There’s an opinion, common in certain film fan communities on the Internet, that carries the belief that kids’ movies are too treacly, inoffensive and mild-mannered for the little darlings’ own good.
I don’t necessarily think they’re wrong. Children are exposed to a lot of words, action tropes and screen violence — via every screen in their lives — before they hit second grade. Maybe they’re more sophisticated consumers of what we used to call “adult content” than we give them credit for.
For those folks, who figure “Goonies” and kids-mixed-up-in-foul-mouthed mayhem is a touchstone, we give you “My Spy.” It’s about a child who stumbles into a C.I.A. stakeout, blackmails an embarrassed agent into befriending her and courting her mom, and is exposed to the odd shootout, killing and curse word in the process.
I can’t say it’s very good, because it isn’t. But the magnificent walking, talking, pratfall-taking sight gag that is Dave Bautista? Well cast.
Bautista is an ex-Army Ranger turned C.I.A. spy who blows his big undercover plutonium purchase in Putin-land by slinging the worst “Russian arms dealer” accent in the history of the Cold War.
“Take an ACTING class, for God’s sake!” a villain hisses, in an equally bad accent.
That’s when man-mountain J.J. does what he knows how to do — “Kick ass.”
Those bothered by such things can start the movie’s body count here. Maybe a dozen villains bite the dust. No blood, but explosions can separate one’s head from one’s body.
J.J.’s boss (Dr. Ken Jeong, not given a single funny thing to do.) isn’t happy with this outcome. He sentences J.J. to surveillance duty in Chicago, paired up with tech nerd Bobbie (Kristen Schaal). They’re watching the widow (Parisa Fitz-Henley) of a guy whose brother (Greg Bryk) is mixed up in this bomb building/buying/selling scheme.
Maybe the bad guy will turn up. Or maybe the widow’s curly-haired 9-year-old will figure out their apartment’s bugged and who did the bugging. And maybe Sophie, whose nurse-mom can’t take her to that school ice-skating party, will keep her yap shut and her video of their stakeout apartment off “the cloud” is Agent Shrek will provide “adult supervision.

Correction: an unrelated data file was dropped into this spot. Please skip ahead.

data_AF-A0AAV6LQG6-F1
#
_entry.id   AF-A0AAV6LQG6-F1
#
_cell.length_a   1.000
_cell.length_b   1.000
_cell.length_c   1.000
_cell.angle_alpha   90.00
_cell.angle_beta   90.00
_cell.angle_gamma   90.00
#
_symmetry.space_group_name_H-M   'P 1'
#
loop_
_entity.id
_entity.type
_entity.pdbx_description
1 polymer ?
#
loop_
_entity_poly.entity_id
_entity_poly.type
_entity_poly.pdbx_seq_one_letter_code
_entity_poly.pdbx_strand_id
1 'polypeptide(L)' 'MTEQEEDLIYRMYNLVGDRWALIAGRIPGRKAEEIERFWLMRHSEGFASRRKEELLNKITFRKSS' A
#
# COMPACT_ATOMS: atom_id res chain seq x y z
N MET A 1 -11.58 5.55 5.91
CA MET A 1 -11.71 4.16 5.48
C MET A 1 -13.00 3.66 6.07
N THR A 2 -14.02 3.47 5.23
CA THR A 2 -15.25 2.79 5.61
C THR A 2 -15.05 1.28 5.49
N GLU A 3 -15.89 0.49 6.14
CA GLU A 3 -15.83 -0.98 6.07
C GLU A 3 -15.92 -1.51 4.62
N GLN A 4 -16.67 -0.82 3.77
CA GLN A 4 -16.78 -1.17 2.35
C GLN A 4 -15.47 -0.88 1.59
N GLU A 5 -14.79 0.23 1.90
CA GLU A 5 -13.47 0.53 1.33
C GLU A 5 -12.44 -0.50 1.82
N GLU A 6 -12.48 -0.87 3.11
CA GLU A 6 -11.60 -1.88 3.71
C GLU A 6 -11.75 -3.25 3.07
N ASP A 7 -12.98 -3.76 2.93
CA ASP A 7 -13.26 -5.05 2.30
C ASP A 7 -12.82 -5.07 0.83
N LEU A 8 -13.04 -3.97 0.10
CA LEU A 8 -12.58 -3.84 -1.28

And maybe the kid will push her luck, blackmailing J.J. into all sorts of kiddie activities.
Here’s what made me laugh — every time the Incredible Hulk-ista considers the ruthless, risk-free option for dealing with this three and a half foot tall threat.
“Kill her,” he suggests to google-eyed Bobbie. “Make it look like an accident. The stairs, maybe?”
Other versions of this, told to the kid’s face, end with “and they never find the body.”
J.J.’s other sure-fire laugh elements are his size — no suit fits him — and the violent line of work that’s made him tactless and unfiltered in”war stories” dinner conversation.
“By that time we were drinking our own urine…”
The kid is cute and has a light touch, by insufferable child actor standards.
The gay neighbors, played by Devere Rogers and Noah Dalton Danby? Kids are never too young to learn gay stereotypes.
“Oh my Lord & Taylor!”
But scenes where J.J. gives her spy training and lessons in how to walk slowly away from an explosion like all the cool spies do “in the movies” did nothing for me. Giving all of those away in the TV commercials and trailers doesn’t help.
So, not much here for adults. And if you’re the least bit squeamish about how old your child should be before she or he is ready for an action comedy with a body count, well you’ve been warned.
MPAA Rating: PG-13 for action/violence and language.
Cast: Dave Bautista, Chloe Coleman, Parisa Fitz-Henley, Kristen Schaal, Greg Byrk and Ken Jeong
Credits: Directed by Peter Segal, script by Erich Hoeber, Jon Hoeber. An STX release.
Running time: 1:39